Integrity and rights of plants: Ethical notions in organic plant breeding and propagation [Book Review]
David Bourget (Western Ontario)
David Chalmers (ANU, NYU)
Rafael De Clercq
Jack Alan Reynolds
Learn more about PhilPapers
Journal of Agricultural and Environmental Ethics 18 (5):479-493 (2005)
In addition to obviating the use of synthetic agrochemicals and emphasizing farming in accordance with agro-ecological guidelines, organic farming acknowledges the integrity of plants as an essential element of its natural approaches to crop production. For cultivated plants, integrity refers to their inherent nature, wholeness, completeness, species-specific characteristics, and their being in balance with their (organically farmed) environment, while accomplishing their “natural aim.” We argue that this integrity of plants has ethical value, distinguishing integrity of life, plant-typic integrity, genotypic integrity, and phenotypic integrity. We have developed qualitative criteria to ethically evaluate existing practices and have applied these criteria to assess whether current plant breeding and propagation techniques violate the integrity of crop plants. This process has resulted in a design of a holistic, scientific approach of organic plant breeding and seed production. Our evaluation has met considerable criticism from mainstream (crop) scientists. We respond to the following questions: (1). Can ethics be incorporated into objective crop sciences? (2). What is the nature of the intrinsic value of plants in organic farming? We argue that criteria to take integrity into account can only be assessed from a holistic perspective and we show that a holistic approach is needed to design such ethical notions in a consistent way. The ethical notions have been further elaborated by formulating human responsibility and respect towards crop plants. Responsibility and respect can only be shown by providing crop plants the right to be nurtured and to express natural behavior at all levels of integrity.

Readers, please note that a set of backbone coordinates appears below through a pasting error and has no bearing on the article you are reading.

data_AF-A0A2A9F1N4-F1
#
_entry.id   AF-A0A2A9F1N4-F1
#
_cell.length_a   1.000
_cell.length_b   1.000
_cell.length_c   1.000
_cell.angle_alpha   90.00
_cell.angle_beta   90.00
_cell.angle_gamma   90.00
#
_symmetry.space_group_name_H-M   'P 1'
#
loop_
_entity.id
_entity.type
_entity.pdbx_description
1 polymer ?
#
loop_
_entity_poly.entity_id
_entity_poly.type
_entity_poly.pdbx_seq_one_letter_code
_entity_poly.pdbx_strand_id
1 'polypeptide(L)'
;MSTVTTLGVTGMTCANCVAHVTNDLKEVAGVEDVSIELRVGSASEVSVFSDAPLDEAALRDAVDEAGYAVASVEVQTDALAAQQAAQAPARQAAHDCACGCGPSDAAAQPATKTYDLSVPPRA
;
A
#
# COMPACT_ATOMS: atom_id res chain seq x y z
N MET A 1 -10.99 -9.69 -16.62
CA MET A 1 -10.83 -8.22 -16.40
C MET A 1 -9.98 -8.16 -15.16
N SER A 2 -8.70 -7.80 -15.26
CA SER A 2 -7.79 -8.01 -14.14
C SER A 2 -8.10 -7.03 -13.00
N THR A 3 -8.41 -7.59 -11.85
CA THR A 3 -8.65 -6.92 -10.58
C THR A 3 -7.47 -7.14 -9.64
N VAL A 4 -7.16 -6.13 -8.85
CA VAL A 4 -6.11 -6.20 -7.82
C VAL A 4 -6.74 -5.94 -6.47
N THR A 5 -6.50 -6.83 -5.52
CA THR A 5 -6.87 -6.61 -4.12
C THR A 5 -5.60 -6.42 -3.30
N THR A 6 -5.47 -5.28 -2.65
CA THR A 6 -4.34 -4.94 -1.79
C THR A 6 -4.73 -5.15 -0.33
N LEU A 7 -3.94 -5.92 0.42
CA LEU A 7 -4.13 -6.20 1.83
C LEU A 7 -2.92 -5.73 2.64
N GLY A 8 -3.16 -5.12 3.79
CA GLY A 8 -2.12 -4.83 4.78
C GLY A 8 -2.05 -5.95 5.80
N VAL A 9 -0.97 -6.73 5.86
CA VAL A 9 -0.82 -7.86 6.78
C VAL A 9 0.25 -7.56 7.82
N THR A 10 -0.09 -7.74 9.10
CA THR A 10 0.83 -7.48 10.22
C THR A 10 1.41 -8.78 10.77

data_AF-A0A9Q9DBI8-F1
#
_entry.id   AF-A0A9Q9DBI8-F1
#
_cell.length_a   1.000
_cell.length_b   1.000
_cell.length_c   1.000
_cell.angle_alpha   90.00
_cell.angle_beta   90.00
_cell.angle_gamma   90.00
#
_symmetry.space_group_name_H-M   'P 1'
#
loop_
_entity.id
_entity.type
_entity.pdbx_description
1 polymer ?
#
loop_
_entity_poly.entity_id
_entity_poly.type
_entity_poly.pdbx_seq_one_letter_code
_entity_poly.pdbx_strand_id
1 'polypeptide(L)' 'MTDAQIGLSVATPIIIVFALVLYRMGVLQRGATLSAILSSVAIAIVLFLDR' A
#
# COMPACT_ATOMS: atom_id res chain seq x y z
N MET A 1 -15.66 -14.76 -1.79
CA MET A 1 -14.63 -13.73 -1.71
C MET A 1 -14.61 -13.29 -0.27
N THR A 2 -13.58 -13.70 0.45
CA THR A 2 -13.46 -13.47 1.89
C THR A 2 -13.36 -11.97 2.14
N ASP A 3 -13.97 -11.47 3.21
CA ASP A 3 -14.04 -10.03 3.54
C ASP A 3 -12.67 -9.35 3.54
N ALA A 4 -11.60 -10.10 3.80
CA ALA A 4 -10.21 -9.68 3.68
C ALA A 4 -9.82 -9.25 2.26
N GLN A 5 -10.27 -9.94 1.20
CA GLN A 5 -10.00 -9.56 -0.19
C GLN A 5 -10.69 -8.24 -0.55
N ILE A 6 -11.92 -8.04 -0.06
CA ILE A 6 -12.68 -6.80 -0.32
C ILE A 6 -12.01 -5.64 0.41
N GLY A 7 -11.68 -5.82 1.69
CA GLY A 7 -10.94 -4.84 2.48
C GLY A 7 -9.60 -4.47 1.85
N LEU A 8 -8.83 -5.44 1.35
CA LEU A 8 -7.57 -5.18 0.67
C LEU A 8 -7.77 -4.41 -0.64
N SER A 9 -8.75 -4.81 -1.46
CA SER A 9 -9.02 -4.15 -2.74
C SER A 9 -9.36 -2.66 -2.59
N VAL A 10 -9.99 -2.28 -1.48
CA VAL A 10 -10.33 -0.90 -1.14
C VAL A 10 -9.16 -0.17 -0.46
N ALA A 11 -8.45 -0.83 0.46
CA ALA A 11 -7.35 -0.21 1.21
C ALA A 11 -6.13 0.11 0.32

|Keywords||integrity intrinsic value natural aim naturalness organic breeding organic plant propagation plant rights respect|
|Categories||categorize this paper)|
Setup an account with your affiliations in order to access resources via your University's proxy server
Configure custom proxy (use this if your affiliation does not provide a proxy)
|Through your library|
References found in this work BETA
No references found.
Citations of this work BETA
No citations found.
Similar books and articles
Alan Montefiore & David Vines (eds.) (1999). Integrity in the Public and Private Domains. Routledge.
Carol V. A. Quinn (2009). On Integrity. International Journal of Applied Philosophy 23 (2):189-197.
Matthew Pianalto (2012). Integrity and Struggle. Philosophia 40 (2):319-336.
Greg Scherkoske (2010). Integrity and Moral Danger. Canadian Journal of Philosophy 40 (3):335-358.
Debbie Thorne LeClair (1998). Integrity Management: A Guide to Managing Legal and Ethical Issues in the Workplace. University of Tampa Press.
K. Tybirk, H. F. Alrøe & P. Frederiksen (2004). Nature Quality in Organic Farming: A Conceptual Analysis of Considerations and Criteria in a European Context. [REVIEW] Journal of Agricultural and Environmental Ethics 17 (3):249-274.
Deng K. Niu, Ming G. Wang & Ya F. Wang (1997). Plant Cellular Osmotica. Acta Biotheoretica 45 (2):161-169.
Stephanie Yue Cottee & Paul Petersan (2009). Animal Welfare and Organic Aquaculture in Open Systems. Journal of Agricultural and Environmental Ethics 22 (5):437-461.
Matthew Hall (2009). Plant Autonomy and Human-Plant Ethics. Environmental Ethics 31 (2):169-181.
Added to index2009-01-28
Total downloads9 ( #178,053 of 1,410,537 )
Recent downloads (6 months)1 ( #178,988 of 1,410,537 )
How can I increase my downloads?